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Welcome to the latest edition of Riyadh Bureau, a newsletter for people interested in Saudi Arabia — written by me, Ahmed Al Omran. Send your feedback to firstname.lastname@example.org or via Twitter: @ahmed
Hopes were high after three Saudi women’s rights activists on trial were granted temporary release that other detainees would also be released. These hopes were quickly dashed. As the trials progressed slowly, eight people connected to the women’s activists were detained in the first week of April.
The latest wave of arrests was surprising, not just because of the aforementioned hopes, but also because the targets are not considered prominent activists. Most of them are writers and bloggers known for their support for political and social reforms among small circles locally, and they have kept a low profile over the last 24 months.
Two of them recently told a friend that they felt the scrutiny following Jamal Khashoggi’s killing has created some room to breathe even if tensions remained hight. Their calculation that the government was unlikely to arrest more people while western allies continue to pressure Saudi Arabia for accountability turned out to be wrong.
The impact of outside pressure on Saudi policy has always been hotly debated, but recent events suggest that impact is rather limited: 37 people were executed on terrorism-related crimes on April 23. The majority of them were from the country’s Shia Muslim minority.
The government said in a statement that those who received capital punishment “adopted terrorist and extremist thinking and formed terrorist cells in order to wreak havoc, destabilise security, spread chaos, stir sectarian sedition and harm social stability and security.”
Many of those executed were arrested in connection to the protests and clashes in Qatif during the Arab Spring years. Human rights groups said two of them were minors at the time of arrest, including Mujtaba al-Sowaiket, who was on his way to attend college in the US when he was detained. His mother appealed to the king and crown prince to pardon him, telling FT in 2017:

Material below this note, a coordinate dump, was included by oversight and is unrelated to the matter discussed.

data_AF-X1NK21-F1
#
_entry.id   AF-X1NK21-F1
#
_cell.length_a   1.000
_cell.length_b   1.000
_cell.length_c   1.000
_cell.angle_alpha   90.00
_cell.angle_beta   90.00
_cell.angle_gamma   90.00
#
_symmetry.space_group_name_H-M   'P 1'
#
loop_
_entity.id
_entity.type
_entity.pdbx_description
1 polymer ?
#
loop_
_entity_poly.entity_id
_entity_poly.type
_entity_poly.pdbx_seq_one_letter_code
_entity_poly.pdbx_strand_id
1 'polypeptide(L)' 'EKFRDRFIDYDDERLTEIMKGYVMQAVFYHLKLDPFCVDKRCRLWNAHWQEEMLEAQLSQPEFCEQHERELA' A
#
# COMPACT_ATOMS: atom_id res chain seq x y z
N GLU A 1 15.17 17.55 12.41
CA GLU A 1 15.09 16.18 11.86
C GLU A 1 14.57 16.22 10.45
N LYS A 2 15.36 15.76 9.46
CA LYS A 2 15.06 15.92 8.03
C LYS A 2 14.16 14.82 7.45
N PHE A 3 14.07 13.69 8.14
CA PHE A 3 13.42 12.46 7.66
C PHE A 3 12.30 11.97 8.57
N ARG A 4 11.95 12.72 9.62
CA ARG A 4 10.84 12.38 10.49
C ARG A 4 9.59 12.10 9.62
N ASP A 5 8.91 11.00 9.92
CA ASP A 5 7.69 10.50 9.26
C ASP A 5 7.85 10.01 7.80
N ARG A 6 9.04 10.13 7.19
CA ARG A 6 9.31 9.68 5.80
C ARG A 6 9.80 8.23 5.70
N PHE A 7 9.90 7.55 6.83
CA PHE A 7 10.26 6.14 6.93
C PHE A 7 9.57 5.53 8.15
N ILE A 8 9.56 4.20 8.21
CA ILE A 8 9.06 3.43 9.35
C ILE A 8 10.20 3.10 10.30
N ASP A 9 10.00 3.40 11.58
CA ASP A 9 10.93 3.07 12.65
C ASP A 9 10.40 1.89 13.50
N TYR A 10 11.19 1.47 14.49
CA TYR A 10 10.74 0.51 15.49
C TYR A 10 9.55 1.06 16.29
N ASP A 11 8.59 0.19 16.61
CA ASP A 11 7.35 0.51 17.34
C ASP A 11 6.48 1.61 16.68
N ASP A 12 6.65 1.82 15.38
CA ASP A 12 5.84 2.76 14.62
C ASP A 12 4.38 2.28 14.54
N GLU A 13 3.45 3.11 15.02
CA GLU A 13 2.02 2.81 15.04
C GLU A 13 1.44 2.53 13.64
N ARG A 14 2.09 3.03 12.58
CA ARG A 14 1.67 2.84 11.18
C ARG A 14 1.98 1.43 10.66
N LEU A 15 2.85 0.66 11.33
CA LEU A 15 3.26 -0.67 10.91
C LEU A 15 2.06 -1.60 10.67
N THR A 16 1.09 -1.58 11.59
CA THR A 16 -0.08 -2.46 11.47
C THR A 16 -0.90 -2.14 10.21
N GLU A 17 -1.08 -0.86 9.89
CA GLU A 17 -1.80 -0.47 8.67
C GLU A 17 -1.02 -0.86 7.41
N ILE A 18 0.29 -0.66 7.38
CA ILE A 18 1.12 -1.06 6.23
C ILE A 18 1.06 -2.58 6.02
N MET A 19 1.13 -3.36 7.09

It [the arrest] was something I never expected. I had a breakdown at the airport, I started screaming. My only son. A moment I have waited for since he was a little child — the moment when he goes to university. It was a huge shock.
Those executed also included a group of men arrested in 2013 over charges of spying for Iran.
Frightened of things
The executions took place on the eve of the Saudi Financial Sector conference. It was the largest business forum held in Riyadh this year, and the theme of the event seemed to be that the kingdom is emerging from the dark cloud that overshadowed the PIF-backed Future Investment Initiative last October.
Neither the executions nor Khashoggi were mentioned as top Western bankers and financiers like BlackRock’s Larry Fink and John Flint of HSBC appeared on stage to praise Saudi economic reforms and the “great opportunities” offered by the kingdom.
When asked if the political climate surrounding Saudi Arabia is hurting its ability to attract investment, finance minister Mohammed al-Jadaan urged international businesses to ignore negative coverage of the kingdom. “To a large extent, people will need to let go part of what they see in the media and come see for themselves,” he said. “Investors who are actually familiar with the region are investing in the region.”
Funk agreed with the minister: “The fact that there are issues in the press does not tell me I must run away from a place. In many cases it tells me I should run to [it] and invest because what we are most frightened of things that we don’t talk about.”
Saudi Arabia also used the conference to highlight that its economy is picking up. The finance ministry said the first quarter results show that the state budget posted a 27.8 billion surplus, boosted by growth in both oil and non-oil revenues.
The second day of the conference was rife with rumours that the crown prince would make a surprise appearance amid heightened security measures. Organisers used the rumours to push guests to attend the final sessions (“please go inside because the doors would be locked before the crown prince arrives”) but the event was concluded without any royal selfies.
Will selfies be allowed under the “law for the protection of public taste” that was passed by the cabinet last week? This is still unclear. Like several laws passed by the government in recent years, the articles are written in a broad way that makes them open to wide interpretation.
For example, Article 4 states that it is “not permissible to appear in public in an improper clothes or outfit, or to wear a clothing or outfit that bears pictures, shapes, signs or expressions that offend public taste.” Violations are punishable by up to 5,000 riyals fine.
Assel Aljaied, assistant professor of criminal law at the Institute of Public Administration, wrote in al-Watan daily that the new law could potentially bring back issues previously associated with the religious police before the force was stripped of its power in 2016.
“The public taste law should be more detailed: what is the desired modest dress code? What are the limits of modesty? Is the veil part of the modest dress? What is the form and colour of this veil?” he asked, calling for detailed bylaws to be written by legal experts.
In the meantime, uniformed policemen are already wielding the new law (even though it doesn’t come into affect until mid-May) as they attempt to control public behaviour at a time when social life is becoming increasingly open, particularly in major cities.
The escalating intrusiveness by police would have been a surprising development in that context, but the truth is my threshold for surprise is very high nowadays.
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